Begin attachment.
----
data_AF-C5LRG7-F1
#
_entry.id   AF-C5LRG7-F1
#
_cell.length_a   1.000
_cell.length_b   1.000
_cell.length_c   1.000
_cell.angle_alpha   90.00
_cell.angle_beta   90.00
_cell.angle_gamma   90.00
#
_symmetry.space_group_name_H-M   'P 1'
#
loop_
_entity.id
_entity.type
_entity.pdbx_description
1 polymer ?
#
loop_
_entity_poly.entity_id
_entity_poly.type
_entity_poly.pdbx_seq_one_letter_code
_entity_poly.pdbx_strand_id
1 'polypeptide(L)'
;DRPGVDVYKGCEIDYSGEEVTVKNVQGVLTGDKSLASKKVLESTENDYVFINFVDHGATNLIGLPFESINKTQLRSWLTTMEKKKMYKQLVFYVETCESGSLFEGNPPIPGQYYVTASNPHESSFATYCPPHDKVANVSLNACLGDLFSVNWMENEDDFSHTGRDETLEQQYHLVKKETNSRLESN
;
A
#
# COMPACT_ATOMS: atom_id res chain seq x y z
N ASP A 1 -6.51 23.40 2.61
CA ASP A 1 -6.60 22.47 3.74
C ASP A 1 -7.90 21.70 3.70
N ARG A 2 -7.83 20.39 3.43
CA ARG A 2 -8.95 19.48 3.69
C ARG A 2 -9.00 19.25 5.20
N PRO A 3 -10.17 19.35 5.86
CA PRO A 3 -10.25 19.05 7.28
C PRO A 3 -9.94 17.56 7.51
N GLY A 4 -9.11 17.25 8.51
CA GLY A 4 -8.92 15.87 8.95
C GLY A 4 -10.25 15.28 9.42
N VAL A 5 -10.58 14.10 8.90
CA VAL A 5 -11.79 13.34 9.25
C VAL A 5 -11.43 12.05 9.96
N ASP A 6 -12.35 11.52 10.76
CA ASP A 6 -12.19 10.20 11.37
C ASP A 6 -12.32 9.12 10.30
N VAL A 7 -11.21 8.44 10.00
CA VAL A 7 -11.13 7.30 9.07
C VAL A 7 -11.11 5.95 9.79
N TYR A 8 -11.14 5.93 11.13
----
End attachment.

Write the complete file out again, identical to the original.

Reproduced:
data_AF-C5LRG7-F1
#
_entry.id   AF-C5LRG7-F1
#
_cell.length_a   1.000
_cell.length_b   1.000
_cell.length_c   1.000
_cell.angle_alpha   90.00
_cell.angle_beta   90.00
_cell.angle_gamma   90.00
#
_symmetry.space_group_name_H-M   'P 1'
#
loop_
_entity.id
_entity.type
_entity.pdbx_description
1 polymer ?
#
loop_
_entity_poly.entity_id
_entity_poly.type
_entity_poly.pdbx_seq_one_letter_code
_entity_poly.pdbx_strand_id
1 'polypeptide(L)'
;DRPGVDVYKGCEIDYSGEEVTVKNVQGVLTGDKSLASKKVLESTENDYVFINFVDHGATNLIGLPFESINKTQLRSWLTTMEKKKMYKQLVFYVETCESGSLFEGNPPIPGQYYVTASNPHESSFATYCPPHDKVANVSLNACLGDLFSVNWMENEDDFSHTGRDETLEQQYHLVKKETNSRLESN
;
A
#
# COMPACT_ATOMS: atom_id res chain seq x y z
N ASP A 1 -6.51 23.40 2.61
CA ASP A 1 -6.60 22.47 3.74
C ASP A 1 -7.90 21.70 3.70
N ARG A 2 -7.83 20.39 3.43
CA ARG A 2 -8.95 19.48 3.69
C ARG A 2 -9.00 19.25 5.20
N PRO A 3 -10.17 19.35 5.86
CA PRO A 3 -10.25 19.05 7.28
C PRO A 3 -9.94 17.56 7.51
N GLY A 4 -9.11 17.25 8.51
CA GLY A 4 -8.92 15.87 8.95
C GLY A 4 -10.25 15.28 9.42
N VAL A 5 -10.58 14.10 8.90
CA VAL A 5 -11.79 13.34 9.25
C VAL A 5 -11.43 12.05 9.96
N ASP A 6 -12.35 11.52 10.76
CA ASP A 6 -12.19 10.20 11.37
C ASP A 6 -12.32 9.12 10.30
N VAL A 7 -11.21 8.44 10.00
CA VAL A 7 -11.13 7.30 9.07
C VAL A 7 -11.11 5.95 9.79
N TYR A 8 -11.14 5.93 11.13